The woman known as “Emily Doe” taped her drawing of two bicycles above her bed. It reminds her of the strangers who came to embody protection — the pair of cycling Stanford University graduate students who stopped her sexual assault.
“There are heroes in this story,” the 23-year-old woman wrote in an impact statement that went viral after she read it aloud last week in court. “We are looking out for one another.”
That’s a sentiment hundreds of schools are hoping will drive more of their students to take action, and they’re teaching them exactly how to do it. Nationwide, more campuses are providing students with lessons in “bystander intervention,” a strategy that encourages everyone to step in and stop such attacks, ideally before they happen.
American colleges began formal efforts to curb assaults in the 1990s, focused on two dominant strategies: Teach men not to rape, and teach women to avoid rape. Over the past decade, however, that message has expanded to target observers.
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Stanford doesn’t require its graduate students to go through its sexual assault program, which includes bystander intervention training. But two have become the latest high-profile examples of the philosophy in action.
One night in January 2015, Carl-Fredrik Arndt and Peter Jonsson, both from Sweden, skidded to a stop when they spotted a man on top of a half-naked woman behind a dumpster. The cyclists pedaled closer and realized she was unconscious. Arndt recalls asking, “What the hell are you doing?”
The man took off running. Arndt and Jonsson chased him, pinned him to the ground and called the police. The assailant was later identified as Brock Turner, then a freshman at the school and an All-American swimmer. He was found guilty of three charges related to sexual assault in March and sentenced last week to six months in county jail, followed by three years’ probation.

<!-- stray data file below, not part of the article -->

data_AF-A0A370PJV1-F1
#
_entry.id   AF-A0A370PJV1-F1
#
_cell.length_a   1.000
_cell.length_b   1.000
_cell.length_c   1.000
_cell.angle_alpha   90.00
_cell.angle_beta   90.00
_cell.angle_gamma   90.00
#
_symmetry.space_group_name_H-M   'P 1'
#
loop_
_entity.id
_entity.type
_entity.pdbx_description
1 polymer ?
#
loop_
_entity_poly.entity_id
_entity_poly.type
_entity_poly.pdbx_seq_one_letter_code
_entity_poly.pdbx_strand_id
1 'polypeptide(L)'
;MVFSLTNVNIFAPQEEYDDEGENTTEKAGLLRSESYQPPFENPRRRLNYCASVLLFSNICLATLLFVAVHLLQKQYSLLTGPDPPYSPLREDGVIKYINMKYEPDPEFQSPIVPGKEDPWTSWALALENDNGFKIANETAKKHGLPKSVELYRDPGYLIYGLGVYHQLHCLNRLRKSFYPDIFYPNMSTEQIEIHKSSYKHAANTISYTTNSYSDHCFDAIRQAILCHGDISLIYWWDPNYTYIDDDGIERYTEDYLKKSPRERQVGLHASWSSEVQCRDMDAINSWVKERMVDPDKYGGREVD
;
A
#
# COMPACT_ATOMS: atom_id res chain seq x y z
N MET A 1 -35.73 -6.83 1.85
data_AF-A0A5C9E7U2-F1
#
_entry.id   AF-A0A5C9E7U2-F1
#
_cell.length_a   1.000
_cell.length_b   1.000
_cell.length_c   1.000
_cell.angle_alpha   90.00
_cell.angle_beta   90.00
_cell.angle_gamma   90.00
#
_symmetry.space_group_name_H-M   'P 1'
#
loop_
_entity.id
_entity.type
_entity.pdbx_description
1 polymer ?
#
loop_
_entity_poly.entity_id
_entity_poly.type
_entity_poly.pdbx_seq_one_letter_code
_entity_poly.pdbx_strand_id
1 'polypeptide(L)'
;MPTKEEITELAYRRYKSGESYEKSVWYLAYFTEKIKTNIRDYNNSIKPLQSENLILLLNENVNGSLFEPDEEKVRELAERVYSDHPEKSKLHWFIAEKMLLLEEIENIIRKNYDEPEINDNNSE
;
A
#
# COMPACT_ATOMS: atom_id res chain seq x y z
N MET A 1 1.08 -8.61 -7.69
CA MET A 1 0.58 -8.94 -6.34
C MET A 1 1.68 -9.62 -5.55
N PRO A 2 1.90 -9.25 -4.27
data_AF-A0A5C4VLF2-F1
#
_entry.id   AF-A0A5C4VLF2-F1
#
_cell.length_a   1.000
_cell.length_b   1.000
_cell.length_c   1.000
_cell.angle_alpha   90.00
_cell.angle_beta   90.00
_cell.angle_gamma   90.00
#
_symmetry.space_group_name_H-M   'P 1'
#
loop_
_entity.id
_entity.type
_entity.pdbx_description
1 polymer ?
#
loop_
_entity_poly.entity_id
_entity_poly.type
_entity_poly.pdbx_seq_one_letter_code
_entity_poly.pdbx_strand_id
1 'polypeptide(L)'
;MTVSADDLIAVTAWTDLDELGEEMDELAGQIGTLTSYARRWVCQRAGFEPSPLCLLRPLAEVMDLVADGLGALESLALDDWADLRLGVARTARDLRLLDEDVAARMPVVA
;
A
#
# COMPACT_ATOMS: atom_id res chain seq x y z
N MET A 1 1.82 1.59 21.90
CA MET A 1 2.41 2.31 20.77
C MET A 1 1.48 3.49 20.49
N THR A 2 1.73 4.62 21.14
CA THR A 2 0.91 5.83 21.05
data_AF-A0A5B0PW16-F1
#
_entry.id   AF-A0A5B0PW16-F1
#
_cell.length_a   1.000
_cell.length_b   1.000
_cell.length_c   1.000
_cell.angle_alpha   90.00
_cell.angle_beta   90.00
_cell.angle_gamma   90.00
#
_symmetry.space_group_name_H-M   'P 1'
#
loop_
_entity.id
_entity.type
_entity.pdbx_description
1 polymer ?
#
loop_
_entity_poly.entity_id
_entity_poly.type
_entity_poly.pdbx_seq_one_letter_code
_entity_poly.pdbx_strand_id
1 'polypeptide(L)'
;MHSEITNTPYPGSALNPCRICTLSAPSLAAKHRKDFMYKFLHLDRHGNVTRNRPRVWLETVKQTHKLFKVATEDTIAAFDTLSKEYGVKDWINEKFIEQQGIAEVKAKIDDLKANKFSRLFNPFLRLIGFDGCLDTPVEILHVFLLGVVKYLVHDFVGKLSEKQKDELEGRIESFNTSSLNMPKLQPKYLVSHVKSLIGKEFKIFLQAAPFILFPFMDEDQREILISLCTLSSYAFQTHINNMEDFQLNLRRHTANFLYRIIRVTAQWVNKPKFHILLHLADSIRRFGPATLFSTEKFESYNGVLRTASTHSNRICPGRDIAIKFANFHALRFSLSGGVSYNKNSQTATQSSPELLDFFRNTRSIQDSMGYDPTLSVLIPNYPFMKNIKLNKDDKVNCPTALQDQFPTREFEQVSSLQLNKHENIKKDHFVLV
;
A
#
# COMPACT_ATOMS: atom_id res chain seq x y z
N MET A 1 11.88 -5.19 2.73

Arndt and Jonsson’s citizen arrest is bystander intervention at its most extreme, and educators understand not everyone who observes trouble will have the muscle of two men. So college programs are recommending actions most students can take.
Green Dot first aims to teach students how to identify strange behavior, the smaller warning signs.
Among those programs is Green Dot, a growing national campaign that was started six years ago to stop campus rape through bystander intervention. Dorothy Edwards, a former director of the University of Kentucky’s Violence Intervention and Prevention Center, wrote the curriculum that about 300 colleges have since adopted, including Harvard University, the University of Notre Dame and Northwestern University.
Green Dot first aims to teach students how to identify strange behavior, the smaller warning signs. If they see a man leading a stumbling woman into a room, for example, why not ask, “Is that your boyfriend?” If they see someone start to pass out at a house party, they’re advised to call the person a cab.
Students, instructed to place their own safety first, follow the “Three Ds” — direct, delegate or distract.
In Doe’s case, Arndt and Jonsson took the direct approach: They broke up a sexual assault and tackled the assailant. Individuals with less brawn might elect to “delegate,” or call for help. The “distract” route more generally applies to situations before they’ve escalated. A partygoer, for example, could tell a man feeding shots to a word-slurring woman that his car is being towed. Another could walk the intoxicated woman home.
When you tell people to help, you’re tapping into the best of humanity. People want to be part of the solution.
Dorothy Edwards, author of Green Dot curriculum